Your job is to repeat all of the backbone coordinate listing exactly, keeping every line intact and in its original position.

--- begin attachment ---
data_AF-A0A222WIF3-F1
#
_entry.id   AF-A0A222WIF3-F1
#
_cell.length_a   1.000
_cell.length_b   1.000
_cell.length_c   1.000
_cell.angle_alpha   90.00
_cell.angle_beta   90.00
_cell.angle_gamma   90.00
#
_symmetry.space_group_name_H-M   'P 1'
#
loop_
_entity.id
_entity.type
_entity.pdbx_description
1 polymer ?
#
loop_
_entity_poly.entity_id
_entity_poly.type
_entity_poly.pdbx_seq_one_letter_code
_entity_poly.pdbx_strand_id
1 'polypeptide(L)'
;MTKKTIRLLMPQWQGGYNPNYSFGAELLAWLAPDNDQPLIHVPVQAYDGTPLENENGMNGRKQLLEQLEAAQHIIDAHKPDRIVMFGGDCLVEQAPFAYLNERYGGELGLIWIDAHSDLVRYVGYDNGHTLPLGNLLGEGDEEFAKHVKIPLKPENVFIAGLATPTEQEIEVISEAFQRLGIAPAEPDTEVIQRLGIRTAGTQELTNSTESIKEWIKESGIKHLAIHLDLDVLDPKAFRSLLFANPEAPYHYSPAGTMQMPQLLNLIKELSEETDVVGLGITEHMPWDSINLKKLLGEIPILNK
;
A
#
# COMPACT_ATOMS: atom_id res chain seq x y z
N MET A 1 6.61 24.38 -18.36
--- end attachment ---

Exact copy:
data_AF-A0A222WIF3-F1
#
_entry.id   AF-A0A222WIF3-F1
#
_cell.length_a   1.000
_cell.length_b   1.000
_cell.length_c   1.000
_cell.angle_alpha   90.00
_cell.angle_beta   90.00
_cell.angle_gamma   90.00
#
_symmetry.space_group_name_H-M   'P 1'
#
loop_
_entity.id
_entity.type
_entity.pdbx_description
1 polymer ?
#
loop_
_entity_poly.entity_id
_entity_poly.type
_entity_poly.pdbx_seq_one_letter_code
_entity_poly.pdbx_strand_id
1 'polypeptide(L)'
;MTKKTIRLLMPQWQGGYNPNYSFGAELLAWLAPDNDQPLIHVPVQAYDGTPLENENGMNGRKQLLEQLEAAQHIIDAHKPDRIVMFGGDCLVEQAPFAYLNERYGGELGLIWIDAHSDLVRYVGYDNGHTLPLGNLLGEGDEEFAKHVKIPLKPENVFIAGLATPTEQEIEVISEAFQRLGIAPAEPDTEVIQRLGIRTAGTQELTNSTESIKEWIKESGIKHLAIHLDLDVLDPKAFRSLLFANPEAPYHYSPAGTMQMPQLLNLIKELSEETDVVGLGITEHMPWDSINLKKLLGEIPILNK
;
A
#
# COMPACT_ATOMS: atom_id res chain seq x y z
N MET A 1 6.61 24.38 -18.36